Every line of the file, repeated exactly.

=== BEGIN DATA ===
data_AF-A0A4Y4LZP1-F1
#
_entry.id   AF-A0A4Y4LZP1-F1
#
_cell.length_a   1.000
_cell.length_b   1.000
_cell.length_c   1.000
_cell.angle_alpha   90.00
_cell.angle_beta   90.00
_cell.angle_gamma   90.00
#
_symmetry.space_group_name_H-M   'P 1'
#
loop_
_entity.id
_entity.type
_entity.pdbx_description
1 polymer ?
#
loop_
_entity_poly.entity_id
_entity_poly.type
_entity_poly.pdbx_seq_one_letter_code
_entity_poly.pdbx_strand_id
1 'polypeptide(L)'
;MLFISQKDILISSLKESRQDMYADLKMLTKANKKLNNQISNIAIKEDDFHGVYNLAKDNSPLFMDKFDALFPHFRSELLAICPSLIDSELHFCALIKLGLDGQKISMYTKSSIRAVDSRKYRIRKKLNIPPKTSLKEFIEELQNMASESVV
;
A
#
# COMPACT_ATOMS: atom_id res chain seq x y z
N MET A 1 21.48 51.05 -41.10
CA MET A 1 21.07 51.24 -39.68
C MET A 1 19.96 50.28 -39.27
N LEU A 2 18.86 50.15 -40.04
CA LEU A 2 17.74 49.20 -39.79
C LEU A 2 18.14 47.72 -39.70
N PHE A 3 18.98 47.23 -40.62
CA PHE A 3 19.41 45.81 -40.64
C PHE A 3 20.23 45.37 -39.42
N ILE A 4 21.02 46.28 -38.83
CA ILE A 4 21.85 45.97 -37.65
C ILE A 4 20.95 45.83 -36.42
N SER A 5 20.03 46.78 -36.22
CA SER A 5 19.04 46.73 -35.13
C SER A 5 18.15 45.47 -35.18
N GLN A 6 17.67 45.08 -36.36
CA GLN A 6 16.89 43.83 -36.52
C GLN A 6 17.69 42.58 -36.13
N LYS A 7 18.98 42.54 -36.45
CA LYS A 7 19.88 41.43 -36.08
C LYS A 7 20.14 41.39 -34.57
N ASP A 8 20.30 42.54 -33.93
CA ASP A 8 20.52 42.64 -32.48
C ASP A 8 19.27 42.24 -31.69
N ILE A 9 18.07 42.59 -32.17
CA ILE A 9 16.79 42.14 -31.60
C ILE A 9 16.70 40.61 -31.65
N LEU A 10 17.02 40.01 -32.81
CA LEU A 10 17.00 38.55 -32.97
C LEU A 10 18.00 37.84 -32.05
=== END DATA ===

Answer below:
data_AF-A0A4Y4LZP1-F1
#
_entry.id   AF-A0A4Y4LZP1-F1
#
_cell.length_a   1.000
_cell.length_b   1.000
_cell.length_c   1.000
_cell.angle_alpha   90.00
_cell.angle_beta   90.00
_cell.angle_gamma   90.00
#
_symmetry.space_group_name_H-M   'P 1'
#
loop_
_entity.id
_entity.type
_entity.pdbx_description
1 polymer ?
#
loop_
_entity_poly.entity_id
_entity_poly.type
_entity_poly.pdbx_seq_one_letter_code
_entity_poly.pdbx_strand_id
1 'polypeptide(L)'
;MLFISQKDILISSLKESRQDMYADLKMLTKANKKLNNQISNIAIKEDDFHGVYNLAKDNSPLFMDKFDALFPHFRSELLAICPSLIDSELHFCALIKLGLDGQKISMYTKSSIRAVDSRKYRIRKKLNIPPKTSLKEFIEELQNMASESVV
;
A
#
# COMPACT_ATOMS: atom_id res chain seq x y z
N MET A 1 21.48 51.05 -41.10
CA MET A 1 21.07 51.24 -39.68
C MET A 1 19.96 50.28 -39.27
N LEU A 2 18.86 50.15 -40.04
CA LEU A 2 17.74 49.20 -39.79
C LEU A 2 18.14 47.72 -39.70
N PHE A 3 18.98 47.23 -40.62
CA PHE A 3 19.41 45.81 -40.64
C PHE A 3 20.23 45.37 -39.42
N ILE A 4 21.02 46.28 -38.83
CA ILE A 4 21.85 45.97 -37.65
C ILE A 4 20.95 45.83 -36.42
N SER A 5 20.03 46.78 -36.22
CA SER A 5 19.04 46.73 -35.13
C SER A 5 18.15 45.47 -35.18
N GLN A 6 17.67 45.08 -36.36
CA GLN A 6 16.89 43.83 -36.52
C GLN A 6 17.69 42.58 -36.13
N LYS A 7 18.98 42.54 -36.45
CA LYS A 7 19.88 41.43 -36.08
C LYS A 7 20.14 41.39 -34.57
N ASP A 8 20.30 42.54 -33.93
CA ASP A 8 20.52 42.64 -32.48
C ASP A 8 19.27 42.24 -31.69
N ILE A 9 18.07 42.59 -32.17
CA ILE A 9 16.79 42.14 -31.60
C ILE A 9 16.70 40.61 -31.65
N LEU A 10 17.02 40.01 -32.81
CA LEU A 10 17.00 38.55 -32.97
C LEU A 10 18.00 37.84 -32.05